For this week's edition of Hit Me With Your Best Shot with Warner Bros Wonder Woman (2017) finally hitting movie theaters, we're taking a trip back to the mid 70s when the world's most famous superheroine made her most famous trek into live-action. Lynda Carter first came to fame by winning a national beauty contest in 1972 (the awkwardly titled "Miss World America") and Wonder Woman was her big break after a few low profile gigs. She starred as the Amazon princess for three seasons stretching from the pilot's airing in November 1975 through the finale in September 1979.

We're looking at a two part episode "The Feminine Mystique" for this week's 'choose your favorite image' exercize because they're well remembered episodes and because they co-star 80s movie star Debra Winger who is currently back onscreen in The Lovers. Ready? Board your invisible jet and meet me after the jump...

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Zach Snyder and the Separation of Art and Artist

by Ben Miller

Many outlets are reporting the news that director Zack Snyder is stepping down from directing the upcoming Justice League in order to be with his family following the suicide of his daughter, Autumn, in March. This news has unfortunately prompted some insensitive reactions online. This brings to light an interesting separation between the artist and the art they create.

Snyder has his fair amount of detractors.  I was impressed by his debut with Dawn of the Dead and got caught up in the zeitgeist that was 300.  But, I have been less than thrilled with his contributions to the superhero genre in Watchmen, Man of Steel and Batman v. Superman: Dawn of Justice.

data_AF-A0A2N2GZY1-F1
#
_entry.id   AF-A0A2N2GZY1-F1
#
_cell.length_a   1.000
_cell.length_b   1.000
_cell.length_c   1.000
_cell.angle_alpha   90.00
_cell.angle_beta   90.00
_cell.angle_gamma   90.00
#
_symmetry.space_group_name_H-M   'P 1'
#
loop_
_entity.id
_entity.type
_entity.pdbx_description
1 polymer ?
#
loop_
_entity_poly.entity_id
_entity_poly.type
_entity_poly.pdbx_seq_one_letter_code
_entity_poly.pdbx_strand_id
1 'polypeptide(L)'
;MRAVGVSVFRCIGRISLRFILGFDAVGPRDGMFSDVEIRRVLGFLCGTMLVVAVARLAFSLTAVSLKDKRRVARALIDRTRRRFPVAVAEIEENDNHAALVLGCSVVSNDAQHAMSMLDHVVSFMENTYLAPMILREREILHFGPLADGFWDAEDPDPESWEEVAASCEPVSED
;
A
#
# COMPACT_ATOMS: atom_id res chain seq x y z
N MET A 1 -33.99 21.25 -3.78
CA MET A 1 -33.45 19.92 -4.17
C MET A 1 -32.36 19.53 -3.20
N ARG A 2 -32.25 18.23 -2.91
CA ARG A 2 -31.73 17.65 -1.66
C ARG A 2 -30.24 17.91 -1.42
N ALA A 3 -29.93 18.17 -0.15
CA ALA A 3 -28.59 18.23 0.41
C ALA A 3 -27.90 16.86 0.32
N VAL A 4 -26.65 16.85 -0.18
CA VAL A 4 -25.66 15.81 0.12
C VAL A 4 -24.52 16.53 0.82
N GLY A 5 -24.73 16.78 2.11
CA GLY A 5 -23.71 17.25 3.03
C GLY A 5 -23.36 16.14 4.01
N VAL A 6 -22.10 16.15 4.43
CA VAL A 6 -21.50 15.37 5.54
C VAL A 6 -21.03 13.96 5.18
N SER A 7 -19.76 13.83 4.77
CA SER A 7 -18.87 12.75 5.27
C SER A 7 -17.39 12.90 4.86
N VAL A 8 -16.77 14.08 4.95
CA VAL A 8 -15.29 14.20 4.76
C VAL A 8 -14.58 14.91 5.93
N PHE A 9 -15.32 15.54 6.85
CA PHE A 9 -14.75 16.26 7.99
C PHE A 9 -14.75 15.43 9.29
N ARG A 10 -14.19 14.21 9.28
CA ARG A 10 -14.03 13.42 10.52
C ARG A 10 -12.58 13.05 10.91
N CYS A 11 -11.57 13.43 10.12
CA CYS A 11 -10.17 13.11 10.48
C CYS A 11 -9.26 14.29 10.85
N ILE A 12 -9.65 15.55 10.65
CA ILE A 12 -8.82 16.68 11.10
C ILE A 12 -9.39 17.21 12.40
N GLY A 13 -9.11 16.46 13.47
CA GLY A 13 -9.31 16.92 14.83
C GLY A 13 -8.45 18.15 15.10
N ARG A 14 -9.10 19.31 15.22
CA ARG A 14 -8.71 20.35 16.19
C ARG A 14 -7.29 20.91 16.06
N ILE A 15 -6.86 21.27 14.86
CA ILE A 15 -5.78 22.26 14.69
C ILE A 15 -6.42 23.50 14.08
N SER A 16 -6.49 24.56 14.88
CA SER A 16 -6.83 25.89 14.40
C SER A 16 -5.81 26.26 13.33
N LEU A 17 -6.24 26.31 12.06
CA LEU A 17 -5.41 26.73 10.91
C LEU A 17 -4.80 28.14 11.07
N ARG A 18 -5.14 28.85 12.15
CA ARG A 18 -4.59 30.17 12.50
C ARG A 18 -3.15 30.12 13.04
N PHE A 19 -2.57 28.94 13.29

This has birthed a persona of the man – Zack Snyder, director.  His personal life and character has been shielded by a believed persona of what we feel this man is like, just because of the films he makes.  We assume that the CGI heavy and slow-motion leaning visual style says more about the man than anything else...

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Review: "Guardians of the Galaxy Vol. 2"

by Chris Feil

Superhero sequels these days seem burdened to go more bigger than bombastic. If the entire human race isn’t at stake and they aren’t finding new ways to topple more and more skyscrapers, they aren’t following the rules of engagement. So it is with some relief that Guardians of the Galaxy Vol. 2 operates very much on the same level and ambitions as its predecessor, its sights on delivering what it did before and just as well. It gets what we loved about it before, and doesn’t mistake it for empty spectacle.

That means more bickering, more quips, and more retro tunes as our space badasses once again defend the galaxy - but also about the same amount of scale in regards to what they are saving us from...

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Tweetweek: La La Day, Demme Farewells, and the DC Aesthetic Summed Up

First things first.

This brilliant tweet was in response to a whole swath of new bitching online about La La Land when Los Angeles declared April 25th "La La Land Day". And why shouldn't Los Angeles honor a blockbuster movie that was about the glamour and dreams and careers of Los Angelenos and the city and the movies ?!? I was as happy for that announcement as I was when I heard that Moonlight got a street named after it in Florida the week before. They seemed like equally smart local government decisions to me but one was greeted warmly on twitter and the other was attacked. Honestly, people who can't let other people enjoy things are the worst kind of people I've decided. Don't be that kind of person. Fight the urge next time you hate a movie that other people love. Not ashamed to say I love La La Land and it's okay to wholeheartedly love it even if you agree that Moonlight deserved Best Picture from the nominees (as I myself do). It is possible (and recommended) to love more than one movie. Monogamy has no place in movie-loving, polyamorous is the only way to be once you've married the cinema. 

OH BUT YES, TWEETS OF THE WEEK. More after the jump including Labyrinth sequel, Aquaman aesthetic, and more Jonathan Demme farewells...